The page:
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Pity Parties Don’t Include Ice Cream
I have had some physically rough days over the years, including carotid artery surgery, heart surgery, skin cancer surgeries and other surgeries. I have had sixteen rounds of chemo; one time for seven months, another for five months, and recently for four more months with many other infusions in between to boost my immune system. I have been in the infusion chair now 133 times over 12 years fighting my leukemia (yes, I counted), but only this past November did I ever feel any discouragement. It was because this time the chemo was really beating up on my body. I wasn’t eating and I was sleeping up to 18 hours a day, constantly running fevers, dealing with mouth sores and I developed bronchitis with constant coughing. No, I wasn’t afraid, but I was having a pity party. Here is what I wrote at the time:
For a few days this week I was deep into a pity party, in which I rarely participate. Actually, it was embarrassing. I began wondering how I let that happen and how I talked myself out of it. The second question was pretty easy to answer but it took some analyzing to figure out the first. Here is what I concluded:
I joined the pity party because I was only concentrating on everything I felt was wrong – and man, did I have a neat laundry list of negatives along with just poor me, poor me, poor me – and I was ignoring everything that was good. It may be simplistic, but I think this may be how many of us slip into depression - by concentrating on only the negatives happening in our lives. This is NOT to dismiss the physical explanations that sometimes play a part; such as chemical imbalances in our body and mind. That is not the type of depression I am talking about.
How did I finally escape the pity party? It started with the mail on Monday. I got one of those ‘Explanation of Benefits’ from Medicare. Like many I receive, this was a large one – 12 pages worth. It covered a three month period of doctors’ visits and tests. The dermatologist visits were there with the biopsies and growth removals, the CT scan and the many blood tests were there along with two IVIG infusions, and a primary care visit. But what really caught my attentions was the first three days of chemo. Those three days were billed for over $21,000! I started adding up the billable charges listed and came up with almost $70K for the three months. After Medicare and Tricare pays, how much am I going to pay? TWELVE DOLLARS for over-the-counter pills given during treatment! How huge a blessing is that? I know someone battling my type who lost his home because of the bills. Another moved to a different state several years ago to try and get better coverage before he lost his battle. How many times have we seen fund raisers for folks battling cancer? I don't have that worry!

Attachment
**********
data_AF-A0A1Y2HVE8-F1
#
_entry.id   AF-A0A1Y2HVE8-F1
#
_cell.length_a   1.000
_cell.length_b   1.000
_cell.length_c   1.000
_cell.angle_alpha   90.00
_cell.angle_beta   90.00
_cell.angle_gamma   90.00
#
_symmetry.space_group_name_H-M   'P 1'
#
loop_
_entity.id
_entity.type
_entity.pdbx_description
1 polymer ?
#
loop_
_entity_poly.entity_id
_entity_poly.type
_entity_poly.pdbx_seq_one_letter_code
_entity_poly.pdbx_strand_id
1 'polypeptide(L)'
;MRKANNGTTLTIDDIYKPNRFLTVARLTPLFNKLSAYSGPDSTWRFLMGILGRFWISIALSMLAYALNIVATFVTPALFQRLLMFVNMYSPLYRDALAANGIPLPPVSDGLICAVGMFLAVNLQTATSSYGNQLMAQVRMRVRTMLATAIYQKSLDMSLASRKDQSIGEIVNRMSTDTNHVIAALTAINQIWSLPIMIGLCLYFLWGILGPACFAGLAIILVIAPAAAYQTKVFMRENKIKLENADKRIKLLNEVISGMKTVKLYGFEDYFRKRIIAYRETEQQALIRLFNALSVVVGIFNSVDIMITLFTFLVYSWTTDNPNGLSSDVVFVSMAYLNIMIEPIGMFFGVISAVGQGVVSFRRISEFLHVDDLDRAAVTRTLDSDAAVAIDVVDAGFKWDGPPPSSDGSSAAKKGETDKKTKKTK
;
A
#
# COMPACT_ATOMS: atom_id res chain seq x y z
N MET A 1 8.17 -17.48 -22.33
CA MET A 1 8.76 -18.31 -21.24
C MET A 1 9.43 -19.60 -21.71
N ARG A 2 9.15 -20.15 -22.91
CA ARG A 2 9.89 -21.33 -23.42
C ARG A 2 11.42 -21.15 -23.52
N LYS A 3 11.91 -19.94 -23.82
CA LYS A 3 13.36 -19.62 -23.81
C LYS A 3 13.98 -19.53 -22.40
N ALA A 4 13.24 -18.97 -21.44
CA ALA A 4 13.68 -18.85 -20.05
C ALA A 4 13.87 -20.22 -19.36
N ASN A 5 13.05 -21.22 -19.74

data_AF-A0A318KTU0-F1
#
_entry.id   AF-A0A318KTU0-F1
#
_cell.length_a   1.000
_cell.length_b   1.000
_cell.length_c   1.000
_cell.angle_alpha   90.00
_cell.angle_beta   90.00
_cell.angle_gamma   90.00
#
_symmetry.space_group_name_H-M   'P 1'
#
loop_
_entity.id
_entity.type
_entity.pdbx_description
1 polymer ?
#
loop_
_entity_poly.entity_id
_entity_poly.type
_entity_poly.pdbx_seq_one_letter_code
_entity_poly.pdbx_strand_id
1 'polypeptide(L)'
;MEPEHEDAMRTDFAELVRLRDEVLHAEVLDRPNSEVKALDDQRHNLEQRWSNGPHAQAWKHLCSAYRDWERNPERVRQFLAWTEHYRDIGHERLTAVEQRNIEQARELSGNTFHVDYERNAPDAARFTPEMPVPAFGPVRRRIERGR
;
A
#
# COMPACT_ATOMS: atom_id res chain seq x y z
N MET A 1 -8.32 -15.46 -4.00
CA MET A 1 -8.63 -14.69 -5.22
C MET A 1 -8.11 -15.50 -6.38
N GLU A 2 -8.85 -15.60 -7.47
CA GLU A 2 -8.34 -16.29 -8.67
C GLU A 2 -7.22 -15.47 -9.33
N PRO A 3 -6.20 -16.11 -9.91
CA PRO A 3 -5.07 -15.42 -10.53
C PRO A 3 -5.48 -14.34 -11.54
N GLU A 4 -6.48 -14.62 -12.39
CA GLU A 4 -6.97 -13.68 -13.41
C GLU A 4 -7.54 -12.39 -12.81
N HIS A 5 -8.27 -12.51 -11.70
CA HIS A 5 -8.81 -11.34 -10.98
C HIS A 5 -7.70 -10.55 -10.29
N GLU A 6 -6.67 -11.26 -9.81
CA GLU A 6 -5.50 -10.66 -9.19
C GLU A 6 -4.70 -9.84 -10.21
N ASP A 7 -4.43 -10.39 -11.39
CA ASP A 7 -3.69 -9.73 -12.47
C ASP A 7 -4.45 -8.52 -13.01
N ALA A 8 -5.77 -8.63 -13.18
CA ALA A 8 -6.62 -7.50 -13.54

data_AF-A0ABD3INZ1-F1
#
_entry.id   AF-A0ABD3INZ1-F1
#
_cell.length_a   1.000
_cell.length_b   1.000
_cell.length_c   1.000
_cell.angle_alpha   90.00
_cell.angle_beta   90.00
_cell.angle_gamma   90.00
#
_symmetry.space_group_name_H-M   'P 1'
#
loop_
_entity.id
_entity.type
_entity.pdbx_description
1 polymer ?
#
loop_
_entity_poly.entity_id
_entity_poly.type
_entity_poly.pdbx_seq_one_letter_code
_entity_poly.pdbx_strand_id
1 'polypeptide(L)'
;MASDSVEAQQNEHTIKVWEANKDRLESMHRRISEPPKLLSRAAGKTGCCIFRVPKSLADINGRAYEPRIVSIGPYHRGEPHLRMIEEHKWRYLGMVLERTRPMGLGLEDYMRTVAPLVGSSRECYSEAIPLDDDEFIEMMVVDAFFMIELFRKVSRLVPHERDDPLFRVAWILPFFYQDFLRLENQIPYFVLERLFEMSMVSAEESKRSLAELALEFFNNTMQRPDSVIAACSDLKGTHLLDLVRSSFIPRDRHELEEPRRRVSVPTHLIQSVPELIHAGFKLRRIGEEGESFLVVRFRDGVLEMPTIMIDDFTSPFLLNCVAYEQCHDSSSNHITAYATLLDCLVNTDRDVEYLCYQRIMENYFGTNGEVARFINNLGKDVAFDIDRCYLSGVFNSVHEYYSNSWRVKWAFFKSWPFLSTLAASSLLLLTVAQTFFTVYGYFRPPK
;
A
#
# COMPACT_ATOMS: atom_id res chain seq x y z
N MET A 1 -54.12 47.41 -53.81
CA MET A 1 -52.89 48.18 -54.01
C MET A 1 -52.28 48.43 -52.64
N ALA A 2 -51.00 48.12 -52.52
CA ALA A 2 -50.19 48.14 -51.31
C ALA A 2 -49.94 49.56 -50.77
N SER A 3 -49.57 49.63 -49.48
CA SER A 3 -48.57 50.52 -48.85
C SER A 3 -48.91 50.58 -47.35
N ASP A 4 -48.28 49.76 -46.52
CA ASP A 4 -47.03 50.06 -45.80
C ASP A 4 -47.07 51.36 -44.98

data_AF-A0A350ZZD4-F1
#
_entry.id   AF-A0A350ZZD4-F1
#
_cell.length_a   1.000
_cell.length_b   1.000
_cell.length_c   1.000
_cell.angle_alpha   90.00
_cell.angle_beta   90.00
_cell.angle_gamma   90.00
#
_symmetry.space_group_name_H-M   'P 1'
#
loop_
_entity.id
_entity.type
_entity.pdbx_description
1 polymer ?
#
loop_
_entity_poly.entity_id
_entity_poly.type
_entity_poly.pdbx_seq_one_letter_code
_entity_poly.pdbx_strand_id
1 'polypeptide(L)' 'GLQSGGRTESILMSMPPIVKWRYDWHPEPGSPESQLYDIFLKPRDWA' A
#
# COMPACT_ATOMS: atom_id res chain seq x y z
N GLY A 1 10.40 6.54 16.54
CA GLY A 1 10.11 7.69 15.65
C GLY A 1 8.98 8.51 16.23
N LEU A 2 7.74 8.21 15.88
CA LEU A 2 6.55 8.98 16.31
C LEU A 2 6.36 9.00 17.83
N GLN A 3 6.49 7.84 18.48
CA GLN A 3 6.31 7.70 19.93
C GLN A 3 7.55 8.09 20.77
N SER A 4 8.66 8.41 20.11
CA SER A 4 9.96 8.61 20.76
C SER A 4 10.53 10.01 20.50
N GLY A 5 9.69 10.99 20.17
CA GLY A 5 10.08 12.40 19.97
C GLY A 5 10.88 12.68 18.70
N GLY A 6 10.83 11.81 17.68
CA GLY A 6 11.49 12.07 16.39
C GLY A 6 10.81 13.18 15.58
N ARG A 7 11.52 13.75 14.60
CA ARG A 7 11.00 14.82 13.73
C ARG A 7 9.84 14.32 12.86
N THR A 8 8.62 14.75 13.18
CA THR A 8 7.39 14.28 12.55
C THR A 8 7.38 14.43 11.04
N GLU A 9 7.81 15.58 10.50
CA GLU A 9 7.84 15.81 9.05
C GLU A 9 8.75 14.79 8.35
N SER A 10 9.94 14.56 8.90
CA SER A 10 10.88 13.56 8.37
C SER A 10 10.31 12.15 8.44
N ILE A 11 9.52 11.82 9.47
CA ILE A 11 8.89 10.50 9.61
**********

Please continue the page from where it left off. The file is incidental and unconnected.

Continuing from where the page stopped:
I remembered the son of a couple I served with in the military. Despite a very brave, heroic battle with a rare cancer, he is in Hospice care and in his last days. He has a beautiful family that includes two preschool children. His youngest son was born a month before his stage four cancer diagnosis. If I could switch diseases with him, I really would, just to give him more years with those children. The positive is that the family is one of strong faith in God. I also remembered my niece’s husband who has entered hospice care. They have two children in grade school and she is trying to hold it all together. And I had the audacity to be whining over not feeling well. Ugh! Sigh.
Finally I went and read all the comments on my pity party post on Facebook. There are SO many people supporting me and praying for me and many have been friends with me before Facebook. I also realized many of those friends are technically strangers I only met on social media. But they still care about me, encourage me, and, most importantly, pray for me. Then this thought really hit me: My prayers of the last few days were quite superficial, consisting mostly of the type “Dear God, help me feel better.”
Once I started thinking on the above things and praying grateful prayers of thanksgiving for all He has blessed me with, (especially a wife who is my hero caretaker), and asking God to make me more sensitive to everything I have to be grateful for, the fog of self-pity began to rapidly dissipate.
So how did I lift myself out of the pit? I DIDN’T DO IT. My friends and family did it. Concentrating on my blessings did it. Putting God back in control did it. GOD DID IT!
Pity parties are really a waste – no balloons or streamers, no happy music, no guests, and there isn't even any ice cream! Next time I'll turn down the invitation. But you may have to remind me. Or, if you see me at one, bust down the door and drag me out. Offer me some ice cream; that ought to do it.
This song, “Count Your Blessings,” written in 1897, packs a powerful message. I encourage you to look up the rest of the lyrics if you don't know the song.
When upon life’s billows you are tempest-tossed,
When you are discouraged, thinking all is lost,
Count your many blessings, name them one by one,
And it will surprise you what the Lord has done.
Count your blessings, name them one by one,
Count your blessings, see what God has done!
Count your blessings, name them one by one,
*Count your many blessings, see what God has done.
[*And it will surprise you what the Lord has done.]
John W. – Now!